Pennington Logo During the 1960s, more than one half of jobs probably included moderate physical activity in contrast to today’s less than 20 percent. This appears as a strong contributor to obesity. Investigators from the Pennington Biomedical Research Center assert that the decrease in workplace physical activity over the past fifty years has paved way for the obesity epidemic. It was suggested that changes in caloric intake cannot be wholly accounted for observed trends in weight gain increases among both men and women in the U.S.

As a part of the study, investigators inspected the trends in occupational physical activities over the past five decades. Then compared the way these trends have currently changed body weight in men and women from the U.S. In the year 2008, federal physical activity recommendations suggested 150 minutes per week of moderate intensity or 75 minutes of vigorous intensity physical activity per week. But only one in every 20 Americans is reportedly meeting these guidelines.

“The causes of the obesity epidemic are a hotly debated issue, particularly in regard to the relative importance of diet and physical activity. Our data provides further support to the importance of including both diet and physical activity in discussions related to be both the causes and potential solutions of the on-going obesity epidemic,” said lead study Pennington Biomedical scientist Timothy Church, M.D., M.P.H., Ph.D. and John S. McIlhenny Endowed Chair at Pennington Biomedical Research Center.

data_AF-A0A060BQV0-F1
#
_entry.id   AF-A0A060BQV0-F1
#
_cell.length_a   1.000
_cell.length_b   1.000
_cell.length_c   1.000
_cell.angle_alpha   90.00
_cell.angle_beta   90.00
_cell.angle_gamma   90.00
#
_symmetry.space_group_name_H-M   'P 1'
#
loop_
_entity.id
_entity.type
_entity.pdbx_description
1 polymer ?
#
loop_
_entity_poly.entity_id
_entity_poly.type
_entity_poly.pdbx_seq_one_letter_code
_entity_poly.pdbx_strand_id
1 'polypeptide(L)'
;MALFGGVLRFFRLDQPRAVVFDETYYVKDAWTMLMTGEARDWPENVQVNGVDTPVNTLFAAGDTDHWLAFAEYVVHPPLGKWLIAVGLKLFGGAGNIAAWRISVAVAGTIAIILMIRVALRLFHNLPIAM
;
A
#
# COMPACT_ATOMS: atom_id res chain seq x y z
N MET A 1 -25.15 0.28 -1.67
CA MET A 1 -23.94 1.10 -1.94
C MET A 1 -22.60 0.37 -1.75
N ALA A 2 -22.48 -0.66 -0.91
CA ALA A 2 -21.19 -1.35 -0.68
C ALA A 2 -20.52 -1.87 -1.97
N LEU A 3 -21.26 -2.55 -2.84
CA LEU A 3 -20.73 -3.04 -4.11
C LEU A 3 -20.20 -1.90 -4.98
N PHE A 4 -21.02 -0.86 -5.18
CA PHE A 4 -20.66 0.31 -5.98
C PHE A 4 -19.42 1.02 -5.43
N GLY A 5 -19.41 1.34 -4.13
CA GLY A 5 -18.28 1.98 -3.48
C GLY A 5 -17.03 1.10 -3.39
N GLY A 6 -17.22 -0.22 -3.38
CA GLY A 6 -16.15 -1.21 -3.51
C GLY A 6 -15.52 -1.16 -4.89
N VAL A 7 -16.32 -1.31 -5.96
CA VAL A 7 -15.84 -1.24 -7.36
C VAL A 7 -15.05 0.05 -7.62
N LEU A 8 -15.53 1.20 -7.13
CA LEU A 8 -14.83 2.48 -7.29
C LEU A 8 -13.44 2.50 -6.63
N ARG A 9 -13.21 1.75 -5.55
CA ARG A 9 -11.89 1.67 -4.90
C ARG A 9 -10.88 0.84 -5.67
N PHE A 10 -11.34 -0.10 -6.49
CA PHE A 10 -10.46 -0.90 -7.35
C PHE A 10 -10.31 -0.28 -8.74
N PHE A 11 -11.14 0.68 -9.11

If men and women were meeting these recommendations, this would presumably make up for the decreased activity levels in the labor work force. All through the study, authors focused on occupation activity as it represents the largest segment of waking hours for adults. Since the past 40 years, the workforce has supposedly altered dramatically, with more women working today. Ever since 1970, the percentage of women in the workforce has apparently increased from 43 percent in 1970 to 60 percent in 2007. The study mentions that a major focus on public health interventions and research in the future should be directed towards increasing physical activity outside of the workplace.

The study was published in Public Library of Science (PLoS).